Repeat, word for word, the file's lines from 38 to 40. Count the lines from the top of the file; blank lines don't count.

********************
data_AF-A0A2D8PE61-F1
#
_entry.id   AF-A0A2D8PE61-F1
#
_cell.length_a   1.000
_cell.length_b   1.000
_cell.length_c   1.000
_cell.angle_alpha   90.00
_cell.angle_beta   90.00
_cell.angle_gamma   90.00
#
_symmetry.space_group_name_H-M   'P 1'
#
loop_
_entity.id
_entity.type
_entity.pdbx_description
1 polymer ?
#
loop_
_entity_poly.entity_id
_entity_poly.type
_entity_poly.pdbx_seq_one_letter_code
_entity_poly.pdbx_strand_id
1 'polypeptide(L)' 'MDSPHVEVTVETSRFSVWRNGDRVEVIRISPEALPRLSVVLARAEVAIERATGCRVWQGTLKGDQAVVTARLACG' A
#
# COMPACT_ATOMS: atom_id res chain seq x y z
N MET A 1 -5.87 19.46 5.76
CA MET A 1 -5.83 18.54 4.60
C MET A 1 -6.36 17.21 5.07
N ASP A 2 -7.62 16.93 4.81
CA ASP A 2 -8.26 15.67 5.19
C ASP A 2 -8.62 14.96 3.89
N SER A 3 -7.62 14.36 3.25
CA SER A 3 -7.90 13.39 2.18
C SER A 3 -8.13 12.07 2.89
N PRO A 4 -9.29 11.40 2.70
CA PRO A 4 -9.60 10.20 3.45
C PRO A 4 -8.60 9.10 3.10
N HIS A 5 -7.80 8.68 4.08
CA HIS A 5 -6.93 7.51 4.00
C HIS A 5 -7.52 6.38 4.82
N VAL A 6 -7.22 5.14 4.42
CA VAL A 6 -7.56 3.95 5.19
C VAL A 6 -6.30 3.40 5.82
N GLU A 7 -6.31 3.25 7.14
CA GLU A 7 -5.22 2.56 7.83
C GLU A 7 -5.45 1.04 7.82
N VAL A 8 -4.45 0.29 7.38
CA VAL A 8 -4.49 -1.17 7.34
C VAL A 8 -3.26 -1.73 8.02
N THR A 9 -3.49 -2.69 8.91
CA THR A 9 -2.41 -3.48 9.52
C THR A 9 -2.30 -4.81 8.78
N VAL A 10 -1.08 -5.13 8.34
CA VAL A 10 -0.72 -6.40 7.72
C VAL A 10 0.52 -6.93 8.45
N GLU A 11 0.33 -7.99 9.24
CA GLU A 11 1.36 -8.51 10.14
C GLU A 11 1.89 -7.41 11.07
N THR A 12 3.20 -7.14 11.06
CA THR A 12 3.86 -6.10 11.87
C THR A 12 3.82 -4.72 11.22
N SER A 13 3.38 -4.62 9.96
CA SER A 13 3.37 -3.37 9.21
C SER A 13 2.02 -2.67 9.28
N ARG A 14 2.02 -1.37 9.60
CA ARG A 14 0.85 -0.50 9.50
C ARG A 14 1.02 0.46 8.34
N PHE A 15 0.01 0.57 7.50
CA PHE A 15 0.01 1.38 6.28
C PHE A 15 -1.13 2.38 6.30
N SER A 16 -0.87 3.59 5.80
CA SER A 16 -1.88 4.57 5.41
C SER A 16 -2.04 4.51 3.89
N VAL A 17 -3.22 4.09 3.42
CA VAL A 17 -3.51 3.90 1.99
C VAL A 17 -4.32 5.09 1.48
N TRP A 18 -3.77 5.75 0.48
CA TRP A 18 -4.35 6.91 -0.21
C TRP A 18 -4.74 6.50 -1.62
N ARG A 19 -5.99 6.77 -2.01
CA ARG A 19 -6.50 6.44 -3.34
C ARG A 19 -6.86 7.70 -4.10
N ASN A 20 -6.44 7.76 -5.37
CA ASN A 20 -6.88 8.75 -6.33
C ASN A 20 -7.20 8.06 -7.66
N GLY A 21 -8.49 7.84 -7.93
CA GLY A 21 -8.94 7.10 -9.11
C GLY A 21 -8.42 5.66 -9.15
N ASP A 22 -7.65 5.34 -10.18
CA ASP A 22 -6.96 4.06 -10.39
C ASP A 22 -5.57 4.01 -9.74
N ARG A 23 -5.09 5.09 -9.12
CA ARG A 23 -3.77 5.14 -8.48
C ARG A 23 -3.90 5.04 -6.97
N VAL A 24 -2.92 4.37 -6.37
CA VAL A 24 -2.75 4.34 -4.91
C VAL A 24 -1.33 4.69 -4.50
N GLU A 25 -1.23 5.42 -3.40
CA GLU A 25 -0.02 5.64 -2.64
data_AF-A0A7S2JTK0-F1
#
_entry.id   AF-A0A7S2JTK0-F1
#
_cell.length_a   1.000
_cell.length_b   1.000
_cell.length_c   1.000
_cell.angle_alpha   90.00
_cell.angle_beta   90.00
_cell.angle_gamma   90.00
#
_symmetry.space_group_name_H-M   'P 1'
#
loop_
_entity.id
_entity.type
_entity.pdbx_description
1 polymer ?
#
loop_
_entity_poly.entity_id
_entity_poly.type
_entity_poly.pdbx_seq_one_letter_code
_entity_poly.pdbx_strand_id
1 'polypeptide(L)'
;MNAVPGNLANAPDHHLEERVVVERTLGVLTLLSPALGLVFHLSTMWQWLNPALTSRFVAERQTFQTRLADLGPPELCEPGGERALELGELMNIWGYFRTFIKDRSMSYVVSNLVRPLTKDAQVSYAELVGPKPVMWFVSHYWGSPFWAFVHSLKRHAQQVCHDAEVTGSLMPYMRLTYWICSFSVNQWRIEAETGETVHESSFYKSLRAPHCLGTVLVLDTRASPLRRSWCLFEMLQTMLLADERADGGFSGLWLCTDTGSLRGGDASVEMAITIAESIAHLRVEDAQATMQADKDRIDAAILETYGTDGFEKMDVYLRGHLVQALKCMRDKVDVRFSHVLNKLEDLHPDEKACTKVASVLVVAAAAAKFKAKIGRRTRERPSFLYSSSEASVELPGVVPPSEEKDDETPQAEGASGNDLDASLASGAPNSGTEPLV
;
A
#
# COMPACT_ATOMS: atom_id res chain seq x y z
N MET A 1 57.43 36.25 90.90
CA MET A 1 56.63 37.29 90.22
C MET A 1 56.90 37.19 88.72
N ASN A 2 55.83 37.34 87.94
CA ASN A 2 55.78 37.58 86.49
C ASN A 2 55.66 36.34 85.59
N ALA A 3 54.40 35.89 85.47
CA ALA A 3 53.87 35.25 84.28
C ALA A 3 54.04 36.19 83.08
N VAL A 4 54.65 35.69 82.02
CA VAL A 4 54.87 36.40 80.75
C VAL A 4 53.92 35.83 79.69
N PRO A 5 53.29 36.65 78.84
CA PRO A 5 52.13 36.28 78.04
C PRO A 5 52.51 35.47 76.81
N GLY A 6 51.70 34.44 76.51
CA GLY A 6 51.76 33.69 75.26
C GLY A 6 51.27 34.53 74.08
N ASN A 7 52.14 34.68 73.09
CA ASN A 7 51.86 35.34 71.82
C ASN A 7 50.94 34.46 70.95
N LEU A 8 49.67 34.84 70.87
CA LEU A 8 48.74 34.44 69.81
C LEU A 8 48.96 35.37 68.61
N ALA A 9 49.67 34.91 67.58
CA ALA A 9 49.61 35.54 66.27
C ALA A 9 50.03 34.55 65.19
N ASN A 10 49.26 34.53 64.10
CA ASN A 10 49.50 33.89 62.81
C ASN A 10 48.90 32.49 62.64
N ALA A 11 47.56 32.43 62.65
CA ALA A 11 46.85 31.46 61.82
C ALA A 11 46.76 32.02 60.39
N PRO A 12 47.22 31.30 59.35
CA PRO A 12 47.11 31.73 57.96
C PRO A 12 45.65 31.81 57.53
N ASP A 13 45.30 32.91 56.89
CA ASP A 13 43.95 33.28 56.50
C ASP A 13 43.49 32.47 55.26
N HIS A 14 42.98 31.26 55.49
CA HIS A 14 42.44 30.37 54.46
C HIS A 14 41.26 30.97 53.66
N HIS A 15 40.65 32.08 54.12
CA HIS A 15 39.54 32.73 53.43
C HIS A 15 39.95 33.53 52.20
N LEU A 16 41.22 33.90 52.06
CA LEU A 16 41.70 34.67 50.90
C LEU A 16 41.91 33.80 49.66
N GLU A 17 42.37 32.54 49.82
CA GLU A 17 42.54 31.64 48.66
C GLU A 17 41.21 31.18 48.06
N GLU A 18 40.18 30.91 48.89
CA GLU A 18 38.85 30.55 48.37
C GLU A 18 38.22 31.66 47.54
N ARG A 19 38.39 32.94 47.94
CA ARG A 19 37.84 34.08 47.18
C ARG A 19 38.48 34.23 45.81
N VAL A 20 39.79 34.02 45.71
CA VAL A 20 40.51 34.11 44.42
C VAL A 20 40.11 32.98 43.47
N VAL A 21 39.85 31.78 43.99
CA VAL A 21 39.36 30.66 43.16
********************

CA PRO A 4 -9.60 10.20 3.45
C PRO A 4 -8.60 9.10 3.10
N HIS A 5 -7.80 8.68 4.08